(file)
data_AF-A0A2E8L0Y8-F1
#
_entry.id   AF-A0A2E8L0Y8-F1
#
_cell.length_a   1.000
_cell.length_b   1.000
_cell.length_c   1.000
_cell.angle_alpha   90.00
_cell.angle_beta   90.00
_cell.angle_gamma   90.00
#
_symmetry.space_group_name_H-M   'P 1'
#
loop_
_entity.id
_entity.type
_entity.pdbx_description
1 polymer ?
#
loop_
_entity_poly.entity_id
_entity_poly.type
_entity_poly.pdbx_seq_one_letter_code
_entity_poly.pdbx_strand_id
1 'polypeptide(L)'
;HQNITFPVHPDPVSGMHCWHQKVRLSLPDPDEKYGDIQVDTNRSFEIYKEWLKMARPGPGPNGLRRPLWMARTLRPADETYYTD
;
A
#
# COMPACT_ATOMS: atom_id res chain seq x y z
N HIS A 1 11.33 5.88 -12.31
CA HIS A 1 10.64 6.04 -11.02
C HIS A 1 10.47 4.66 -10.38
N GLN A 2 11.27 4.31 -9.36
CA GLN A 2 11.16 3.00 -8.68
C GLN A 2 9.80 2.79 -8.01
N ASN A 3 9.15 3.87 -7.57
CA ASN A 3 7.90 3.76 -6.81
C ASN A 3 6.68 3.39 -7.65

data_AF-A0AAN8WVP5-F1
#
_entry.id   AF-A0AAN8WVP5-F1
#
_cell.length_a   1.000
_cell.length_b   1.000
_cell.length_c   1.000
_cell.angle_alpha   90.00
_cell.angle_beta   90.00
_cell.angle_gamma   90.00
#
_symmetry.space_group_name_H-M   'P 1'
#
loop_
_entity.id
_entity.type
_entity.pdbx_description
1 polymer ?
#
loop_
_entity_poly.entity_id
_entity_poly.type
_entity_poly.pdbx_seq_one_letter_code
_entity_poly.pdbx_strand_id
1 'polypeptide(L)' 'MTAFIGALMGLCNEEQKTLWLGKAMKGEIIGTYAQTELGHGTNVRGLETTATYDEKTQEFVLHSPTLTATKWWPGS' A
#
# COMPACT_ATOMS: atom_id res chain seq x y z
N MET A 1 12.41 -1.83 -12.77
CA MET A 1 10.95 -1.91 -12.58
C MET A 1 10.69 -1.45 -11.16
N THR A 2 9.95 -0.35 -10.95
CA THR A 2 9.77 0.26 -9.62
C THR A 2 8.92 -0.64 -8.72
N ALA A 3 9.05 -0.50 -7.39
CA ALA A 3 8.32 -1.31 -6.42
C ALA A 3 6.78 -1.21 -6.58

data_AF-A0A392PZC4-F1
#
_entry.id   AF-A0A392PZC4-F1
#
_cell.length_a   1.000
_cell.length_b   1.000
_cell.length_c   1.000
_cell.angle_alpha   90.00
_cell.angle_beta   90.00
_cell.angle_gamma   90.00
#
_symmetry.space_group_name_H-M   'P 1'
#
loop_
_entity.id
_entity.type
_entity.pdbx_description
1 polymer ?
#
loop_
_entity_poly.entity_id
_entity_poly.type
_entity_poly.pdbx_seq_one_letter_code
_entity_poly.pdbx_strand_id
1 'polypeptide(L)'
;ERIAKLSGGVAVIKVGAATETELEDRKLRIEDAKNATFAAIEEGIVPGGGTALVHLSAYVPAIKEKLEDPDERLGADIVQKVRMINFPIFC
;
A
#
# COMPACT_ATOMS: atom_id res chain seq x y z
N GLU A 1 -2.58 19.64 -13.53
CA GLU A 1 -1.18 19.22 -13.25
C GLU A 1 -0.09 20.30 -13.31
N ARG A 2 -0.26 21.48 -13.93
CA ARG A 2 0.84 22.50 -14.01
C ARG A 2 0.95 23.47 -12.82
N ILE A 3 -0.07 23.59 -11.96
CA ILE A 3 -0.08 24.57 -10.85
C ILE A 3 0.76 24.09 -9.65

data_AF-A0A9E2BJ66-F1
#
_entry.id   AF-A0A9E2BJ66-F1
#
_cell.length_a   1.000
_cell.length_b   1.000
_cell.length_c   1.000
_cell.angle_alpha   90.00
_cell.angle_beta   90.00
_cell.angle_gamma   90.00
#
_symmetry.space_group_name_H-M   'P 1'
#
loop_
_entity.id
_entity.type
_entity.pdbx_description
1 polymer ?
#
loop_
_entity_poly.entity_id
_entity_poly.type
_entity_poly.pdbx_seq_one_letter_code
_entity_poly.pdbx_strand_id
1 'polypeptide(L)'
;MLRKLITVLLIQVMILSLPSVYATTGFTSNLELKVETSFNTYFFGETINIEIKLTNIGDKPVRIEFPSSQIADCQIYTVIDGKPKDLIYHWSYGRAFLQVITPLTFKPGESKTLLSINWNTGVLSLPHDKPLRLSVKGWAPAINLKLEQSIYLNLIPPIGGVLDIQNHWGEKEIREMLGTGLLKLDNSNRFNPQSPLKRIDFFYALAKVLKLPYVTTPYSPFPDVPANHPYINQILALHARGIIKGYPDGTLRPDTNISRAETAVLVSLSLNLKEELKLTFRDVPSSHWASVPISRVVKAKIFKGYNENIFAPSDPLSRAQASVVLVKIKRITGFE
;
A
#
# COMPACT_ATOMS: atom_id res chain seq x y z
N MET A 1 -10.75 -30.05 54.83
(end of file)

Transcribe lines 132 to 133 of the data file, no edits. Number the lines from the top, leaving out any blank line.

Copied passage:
1 polymer ?
#